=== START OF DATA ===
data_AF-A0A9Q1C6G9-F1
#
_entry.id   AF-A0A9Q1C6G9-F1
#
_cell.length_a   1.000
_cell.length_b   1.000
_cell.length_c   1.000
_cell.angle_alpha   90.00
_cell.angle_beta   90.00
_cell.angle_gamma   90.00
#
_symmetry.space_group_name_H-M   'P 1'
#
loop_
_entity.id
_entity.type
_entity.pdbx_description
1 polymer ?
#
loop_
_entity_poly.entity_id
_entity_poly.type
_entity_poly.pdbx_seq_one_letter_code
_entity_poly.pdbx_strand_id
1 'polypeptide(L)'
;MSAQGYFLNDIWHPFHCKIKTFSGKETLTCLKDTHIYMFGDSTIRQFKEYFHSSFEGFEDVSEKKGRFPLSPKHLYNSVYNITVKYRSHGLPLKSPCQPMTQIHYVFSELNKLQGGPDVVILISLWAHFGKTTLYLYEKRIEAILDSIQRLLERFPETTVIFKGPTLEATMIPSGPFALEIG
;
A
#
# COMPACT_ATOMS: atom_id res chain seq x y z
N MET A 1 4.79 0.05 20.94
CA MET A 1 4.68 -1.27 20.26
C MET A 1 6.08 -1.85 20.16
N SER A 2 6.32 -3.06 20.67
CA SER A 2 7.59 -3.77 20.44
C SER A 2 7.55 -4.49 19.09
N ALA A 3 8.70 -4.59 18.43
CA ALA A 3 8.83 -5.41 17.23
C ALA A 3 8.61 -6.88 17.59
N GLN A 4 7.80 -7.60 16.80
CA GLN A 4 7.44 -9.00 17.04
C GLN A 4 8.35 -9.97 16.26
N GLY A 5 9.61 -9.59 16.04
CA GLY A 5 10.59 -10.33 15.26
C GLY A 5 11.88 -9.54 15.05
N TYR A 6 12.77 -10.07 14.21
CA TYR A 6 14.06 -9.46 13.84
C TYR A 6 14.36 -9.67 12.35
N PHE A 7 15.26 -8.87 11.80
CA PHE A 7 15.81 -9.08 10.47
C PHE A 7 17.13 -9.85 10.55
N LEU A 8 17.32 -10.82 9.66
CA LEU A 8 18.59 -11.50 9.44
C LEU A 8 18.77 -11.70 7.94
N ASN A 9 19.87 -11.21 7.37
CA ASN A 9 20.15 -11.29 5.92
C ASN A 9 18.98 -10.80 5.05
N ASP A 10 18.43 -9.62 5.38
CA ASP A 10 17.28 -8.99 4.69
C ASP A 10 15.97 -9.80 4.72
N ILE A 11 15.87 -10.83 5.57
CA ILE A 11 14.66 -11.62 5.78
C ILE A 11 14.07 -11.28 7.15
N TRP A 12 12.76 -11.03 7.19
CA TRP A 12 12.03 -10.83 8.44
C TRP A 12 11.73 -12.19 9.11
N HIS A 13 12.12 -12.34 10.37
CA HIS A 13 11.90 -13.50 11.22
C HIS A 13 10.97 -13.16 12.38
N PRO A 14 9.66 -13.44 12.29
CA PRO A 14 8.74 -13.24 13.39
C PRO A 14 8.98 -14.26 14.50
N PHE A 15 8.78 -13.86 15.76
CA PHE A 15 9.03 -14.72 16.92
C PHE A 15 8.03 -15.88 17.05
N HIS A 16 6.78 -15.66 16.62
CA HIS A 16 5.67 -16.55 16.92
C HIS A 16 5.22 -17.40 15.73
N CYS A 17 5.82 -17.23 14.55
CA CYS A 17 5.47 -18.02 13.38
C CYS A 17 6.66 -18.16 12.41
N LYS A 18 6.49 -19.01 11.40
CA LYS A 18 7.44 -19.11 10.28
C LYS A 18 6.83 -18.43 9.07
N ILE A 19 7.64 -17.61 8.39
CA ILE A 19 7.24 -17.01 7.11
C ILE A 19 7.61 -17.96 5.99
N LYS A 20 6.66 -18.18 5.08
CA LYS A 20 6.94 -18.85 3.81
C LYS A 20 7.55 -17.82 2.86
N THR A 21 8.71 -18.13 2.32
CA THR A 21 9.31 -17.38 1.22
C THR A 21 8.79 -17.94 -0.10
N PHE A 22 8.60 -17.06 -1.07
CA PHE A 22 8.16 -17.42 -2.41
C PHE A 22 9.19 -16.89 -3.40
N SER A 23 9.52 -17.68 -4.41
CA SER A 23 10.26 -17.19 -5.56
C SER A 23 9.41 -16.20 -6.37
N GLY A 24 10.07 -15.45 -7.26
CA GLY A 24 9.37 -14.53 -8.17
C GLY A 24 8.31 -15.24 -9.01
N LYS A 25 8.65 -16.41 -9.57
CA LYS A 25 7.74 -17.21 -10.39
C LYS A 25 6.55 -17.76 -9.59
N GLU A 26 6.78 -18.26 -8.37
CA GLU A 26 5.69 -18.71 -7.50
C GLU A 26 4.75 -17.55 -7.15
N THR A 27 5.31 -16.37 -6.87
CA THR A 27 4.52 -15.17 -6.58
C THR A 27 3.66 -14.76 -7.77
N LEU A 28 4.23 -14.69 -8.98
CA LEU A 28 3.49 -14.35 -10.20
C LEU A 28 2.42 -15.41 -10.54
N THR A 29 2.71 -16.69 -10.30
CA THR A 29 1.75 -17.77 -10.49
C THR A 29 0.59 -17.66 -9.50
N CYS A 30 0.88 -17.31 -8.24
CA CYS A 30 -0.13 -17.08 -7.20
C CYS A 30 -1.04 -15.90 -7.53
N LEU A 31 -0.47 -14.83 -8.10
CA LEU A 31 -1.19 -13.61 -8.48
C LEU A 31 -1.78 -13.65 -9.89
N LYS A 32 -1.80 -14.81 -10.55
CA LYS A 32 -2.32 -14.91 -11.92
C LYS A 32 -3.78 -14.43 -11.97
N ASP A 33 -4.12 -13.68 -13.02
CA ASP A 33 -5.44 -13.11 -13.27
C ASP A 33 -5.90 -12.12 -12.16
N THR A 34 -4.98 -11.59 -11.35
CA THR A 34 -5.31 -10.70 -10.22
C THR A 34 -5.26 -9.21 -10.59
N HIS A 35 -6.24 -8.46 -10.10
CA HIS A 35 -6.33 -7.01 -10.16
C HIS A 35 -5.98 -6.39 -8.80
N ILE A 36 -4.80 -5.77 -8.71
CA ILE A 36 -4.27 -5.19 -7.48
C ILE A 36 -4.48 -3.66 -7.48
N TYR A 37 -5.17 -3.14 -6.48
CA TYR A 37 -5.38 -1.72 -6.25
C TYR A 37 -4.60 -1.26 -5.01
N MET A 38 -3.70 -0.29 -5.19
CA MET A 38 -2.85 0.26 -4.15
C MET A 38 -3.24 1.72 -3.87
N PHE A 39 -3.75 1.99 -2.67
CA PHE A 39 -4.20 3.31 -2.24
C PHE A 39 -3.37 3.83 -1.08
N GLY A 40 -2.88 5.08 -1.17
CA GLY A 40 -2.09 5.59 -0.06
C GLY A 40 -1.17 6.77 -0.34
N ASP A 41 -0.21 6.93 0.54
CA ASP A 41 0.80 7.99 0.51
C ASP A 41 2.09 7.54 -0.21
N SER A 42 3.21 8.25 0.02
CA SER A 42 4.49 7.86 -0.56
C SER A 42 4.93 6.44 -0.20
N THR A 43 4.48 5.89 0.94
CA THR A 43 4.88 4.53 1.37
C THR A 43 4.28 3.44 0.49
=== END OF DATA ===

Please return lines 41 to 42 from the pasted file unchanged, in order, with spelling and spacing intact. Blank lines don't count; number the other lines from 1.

CA GLN A 4 7.44 -9.00 17.04
C GLN A 4 8.35 -9.97 16.26